3.2" Twin GOLDEN PYRITE 2 Cubic Crystals to 2.1"-Spain

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2-CUBE CLUSTER OF LARGE
GOLDEN PYRITE
PENETRATING TWIN CRYSTALS

~ LOGRONO, SPAIN ~

SIZE:
3.2" x 2.7" x 2.2"
SHIPPING WEIGHT:
1.9 POUNDS

BRIGHT
CRYSTAL FACES!

LOVELY
BRASSY GOLDEN COLOR!

AMAZING CUBIC CRYSTALS!

AWESOME SPIRITUAL TOOL!

SHIPS WITHIN
24 HOURS!

Gorgeous brassy golden yellow color

Large lustrous pyrite cubes to 2.1"

for enlarged view

Large 3.2" size

Great specimen which displays well
f rom all angles

DESCRIPTION

Here's a beautiful specimen of PENETRATING TWIN GOLDEN PYRITE (also known as FOOL'S GOLD ) featuring shiny BRIGHT CRYSTAL FACES . This specimen comes from NAVAJUN, LOGRONO, SPAIN . The specimen is made up of NATURAL CUBES - formed by Mother Nature in a fascinating irregular cubic shape. The most common question people ask about these is, "You mean they came out of the ground just like that?" Yup! I found this fabulous specimen out in TUCSON in February in the room of my friend Nestor Lopez. He operates the mine in Logrono, and brings his year's finds to Tucson to sell. N ote: Like

Pyrite is the classic "Fool's Gold". There are other shiny brassy yellow minerals, but pyrite is by far the most common and the most often mistaken for gold. Whether it is the golden look or something else, pyrite is a favorite among rock collectors. It can have a beautiful luster and interesting crystals. It is so common in the earth's crust that it is found in almost every possible environment, hence it has a vast number of forms and varieties.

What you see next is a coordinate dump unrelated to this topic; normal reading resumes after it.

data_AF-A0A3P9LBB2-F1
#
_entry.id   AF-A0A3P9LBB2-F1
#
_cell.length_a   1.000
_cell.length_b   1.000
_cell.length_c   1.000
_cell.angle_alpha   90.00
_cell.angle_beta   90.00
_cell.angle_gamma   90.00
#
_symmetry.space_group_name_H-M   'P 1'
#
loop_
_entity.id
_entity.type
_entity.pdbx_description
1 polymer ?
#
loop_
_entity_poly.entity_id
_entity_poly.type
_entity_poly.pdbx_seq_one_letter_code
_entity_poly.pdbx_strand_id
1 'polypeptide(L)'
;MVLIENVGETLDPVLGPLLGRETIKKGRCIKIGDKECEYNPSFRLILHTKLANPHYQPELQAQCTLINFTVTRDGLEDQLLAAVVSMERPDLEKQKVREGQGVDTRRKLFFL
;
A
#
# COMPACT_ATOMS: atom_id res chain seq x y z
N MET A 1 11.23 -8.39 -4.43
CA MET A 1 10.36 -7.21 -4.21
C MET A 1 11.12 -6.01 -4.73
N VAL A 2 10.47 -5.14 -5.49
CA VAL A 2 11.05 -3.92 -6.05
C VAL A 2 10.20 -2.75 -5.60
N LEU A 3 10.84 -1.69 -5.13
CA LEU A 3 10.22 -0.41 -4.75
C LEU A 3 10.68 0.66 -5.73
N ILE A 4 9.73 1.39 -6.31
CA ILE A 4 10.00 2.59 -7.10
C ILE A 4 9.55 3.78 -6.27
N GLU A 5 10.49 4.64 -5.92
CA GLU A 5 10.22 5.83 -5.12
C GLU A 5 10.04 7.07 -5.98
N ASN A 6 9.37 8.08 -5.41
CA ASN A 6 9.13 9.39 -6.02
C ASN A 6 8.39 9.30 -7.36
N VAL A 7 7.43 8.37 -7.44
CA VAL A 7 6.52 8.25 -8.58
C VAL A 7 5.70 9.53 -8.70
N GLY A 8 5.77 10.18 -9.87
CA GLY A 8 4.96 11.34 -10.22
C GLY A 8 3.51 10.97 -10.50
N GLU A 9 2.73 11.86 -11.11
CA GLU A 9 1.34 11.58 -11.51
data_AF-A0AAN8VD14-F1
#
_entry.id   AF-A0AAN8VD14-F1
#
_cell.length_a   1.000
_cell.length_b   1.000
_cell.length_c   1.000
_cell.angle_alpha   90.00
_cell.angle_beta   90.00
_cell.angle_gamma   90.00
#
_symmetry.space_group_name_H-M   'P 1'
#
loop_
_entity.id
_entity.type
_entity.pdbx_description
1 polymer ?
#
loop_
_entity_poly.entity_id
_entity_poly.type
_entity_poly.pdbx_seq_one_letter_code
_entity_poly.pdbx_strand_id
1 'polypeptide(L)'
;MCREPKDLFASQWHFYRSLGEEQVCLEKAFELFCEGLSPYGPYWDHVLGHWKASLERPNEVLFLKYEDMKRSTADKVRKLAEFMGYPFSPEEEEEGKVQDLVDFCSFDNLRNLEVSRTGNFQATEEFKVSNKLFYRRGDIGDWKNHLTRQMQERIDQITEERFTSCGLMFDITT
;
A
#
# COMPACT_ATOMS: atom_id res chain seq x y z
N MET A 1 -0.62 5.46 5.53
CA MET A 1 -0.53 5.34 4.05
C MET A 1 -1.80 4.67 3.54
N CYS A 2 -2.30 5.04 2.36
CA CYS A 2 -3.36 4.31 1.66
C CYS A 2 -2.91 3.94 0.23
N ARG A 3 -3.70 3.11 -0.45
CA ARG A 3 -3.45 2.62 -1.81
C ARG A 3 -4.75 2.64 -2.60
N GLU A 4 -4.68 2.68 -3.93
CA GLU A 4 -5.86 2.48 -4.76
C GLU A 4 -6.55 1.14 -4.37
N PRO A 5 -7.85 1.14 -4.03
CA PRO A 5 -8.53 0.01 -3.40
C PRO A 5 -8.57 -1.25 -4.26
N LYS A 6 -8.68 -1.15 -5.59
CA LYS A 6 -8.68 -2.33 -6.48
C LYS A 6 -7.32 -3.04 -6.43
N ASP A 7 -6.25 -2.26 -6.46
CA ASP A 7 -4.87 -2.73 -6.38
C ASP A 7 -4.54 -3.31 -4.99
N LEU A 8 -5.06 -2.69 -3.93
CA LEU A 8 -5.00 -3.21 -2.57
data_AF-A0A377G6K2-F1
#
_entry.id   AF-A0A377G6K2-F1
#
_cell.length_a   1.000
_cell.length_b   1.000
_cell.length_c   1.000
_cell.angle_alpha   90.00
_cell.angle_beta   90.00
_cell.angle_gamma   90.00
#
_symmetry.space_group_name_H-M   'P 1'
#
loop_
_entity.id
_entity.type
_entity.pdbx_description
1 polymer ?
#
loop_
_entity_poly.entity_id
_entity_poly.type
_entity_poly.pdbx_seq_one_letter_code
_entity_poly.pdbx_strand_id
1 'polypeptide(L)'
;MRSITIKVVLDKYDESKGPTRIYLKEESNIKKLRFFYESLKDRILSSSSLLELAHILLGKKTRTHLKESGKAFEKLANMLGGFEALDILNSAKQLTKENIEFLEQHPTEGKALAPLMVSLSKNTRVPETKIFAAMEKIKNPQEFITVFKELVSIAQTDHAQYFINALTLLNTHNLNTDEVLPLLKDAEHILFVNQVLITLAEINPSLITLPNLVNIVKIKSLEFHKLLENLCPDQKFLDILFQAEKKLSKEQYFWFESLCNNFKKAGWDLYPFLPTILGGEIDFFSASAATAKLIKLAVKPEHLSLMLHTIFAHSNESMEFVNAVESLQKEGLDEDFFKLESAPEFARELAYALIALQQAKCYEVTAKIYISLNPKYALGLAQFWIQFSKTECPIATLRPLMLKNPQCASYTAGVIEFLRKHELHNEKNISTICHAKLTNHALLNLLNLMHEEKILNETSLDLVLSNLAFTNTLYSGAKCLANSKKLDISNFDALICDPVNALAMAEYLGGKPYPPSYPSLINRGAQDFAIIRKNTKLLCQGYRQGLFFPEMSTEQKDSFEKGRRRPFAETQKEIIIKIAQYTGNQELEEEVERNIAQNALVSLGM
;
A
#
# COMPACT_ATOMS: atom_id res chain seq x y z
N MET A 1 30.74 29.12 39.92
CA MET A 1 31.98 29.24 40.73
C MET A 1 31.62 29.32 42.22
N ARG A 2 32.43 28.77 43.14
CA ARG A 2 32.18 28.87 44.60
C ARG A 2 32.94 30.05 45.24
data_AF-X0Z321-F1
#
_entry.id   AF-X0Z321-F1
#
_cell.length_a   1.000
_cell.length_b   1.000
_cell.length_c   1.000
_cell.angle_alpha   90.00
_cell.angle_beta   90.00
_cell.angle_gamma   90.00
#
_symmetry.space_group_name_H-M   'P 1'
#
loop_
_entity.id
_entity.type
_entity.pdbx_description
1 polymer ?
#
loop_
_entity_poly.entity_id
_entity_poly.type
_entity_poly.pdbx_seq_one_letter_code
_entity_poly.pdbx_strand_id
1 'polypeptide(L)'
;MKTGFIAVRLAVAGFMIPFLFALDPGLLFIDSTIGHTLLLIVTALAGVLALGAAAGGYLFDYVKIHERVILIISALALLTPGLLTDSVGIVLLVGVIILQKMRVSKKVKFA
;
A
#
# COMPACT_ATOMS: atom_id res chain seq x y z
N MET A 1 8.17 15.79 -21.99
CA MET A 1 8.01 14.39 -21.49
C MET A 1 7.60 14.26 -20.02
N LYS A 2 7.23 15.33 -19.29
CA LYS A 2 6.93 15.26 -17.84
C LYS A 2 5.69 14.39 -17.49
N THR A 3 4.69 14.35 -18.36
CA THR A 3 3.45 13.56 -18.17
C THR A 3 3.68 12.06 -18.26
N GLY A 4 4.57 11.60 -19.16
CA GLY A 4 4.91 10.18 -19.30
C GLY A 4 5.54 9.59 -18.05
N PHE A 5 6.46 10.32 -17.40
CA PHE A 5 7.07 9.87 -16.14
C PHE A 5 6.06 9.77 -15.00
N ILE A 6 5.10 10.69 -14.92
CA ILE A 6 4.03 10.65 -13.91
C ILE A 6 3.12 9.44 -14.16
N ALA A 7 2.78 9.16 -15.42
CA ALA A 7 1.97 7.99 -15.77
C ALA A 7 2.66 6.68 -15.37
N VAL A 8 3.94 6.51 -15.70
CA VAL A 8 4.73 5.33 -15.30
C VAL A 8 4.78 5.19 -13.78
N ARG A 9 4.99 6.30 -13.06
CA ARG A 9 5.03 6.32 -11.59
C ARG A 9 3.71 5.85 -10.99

Bravoite is the name given to a nickel-rich iron sulfide. It is closely related to pyrite but contains up to 20% nickel. Some mineral books treat it as a variety of pyrite.

Pyrite is a polymorph of marcasite, which means that it has the same chemistry, FeS2, as marcasite; but a different structure and therefore different symmetry and crystal shapes. Pyrite is difficult to distinguish from marcasite when a lack of clear indicators exists.

Pyrite's structure is analogous to galena's structure with a formula of PbS. Galena though has a higher symmetry. The difference between the two structures is that the single sulfur of galena is replaced by a pair of sulfurs in pyrite. The sulfur pair are covalently bonded together in essentially an elemental bond. This pair disrupts the four fold symmetry that a single atom of sulfur would have preserved and thus gives pyrite a lower symmetry than galena.

Although pyrite is common and contains a high percentage of iron, it has never been used as a significant source of iron. Iron oxides such as hematite and magnetite, are the primary iron ores. Pyrite is not as ecomonical as these ores possibly due to their tendency to form larger concentrations of more easily mined material. Pyrite would be a potential source of iron if these ores should become scarce.

Pyrite has been mined for its sulfur content though. During WWII, sulfur was in demand as a strategic chemical and North American native sulfur mines were drying up. A sulfide deposit near Ducktown Tenn. was found to be able to mine pyrite and other sulfides such as pyrrhotite and pentlandite and produce the needed sulfur as well as iron and other metals. Th...
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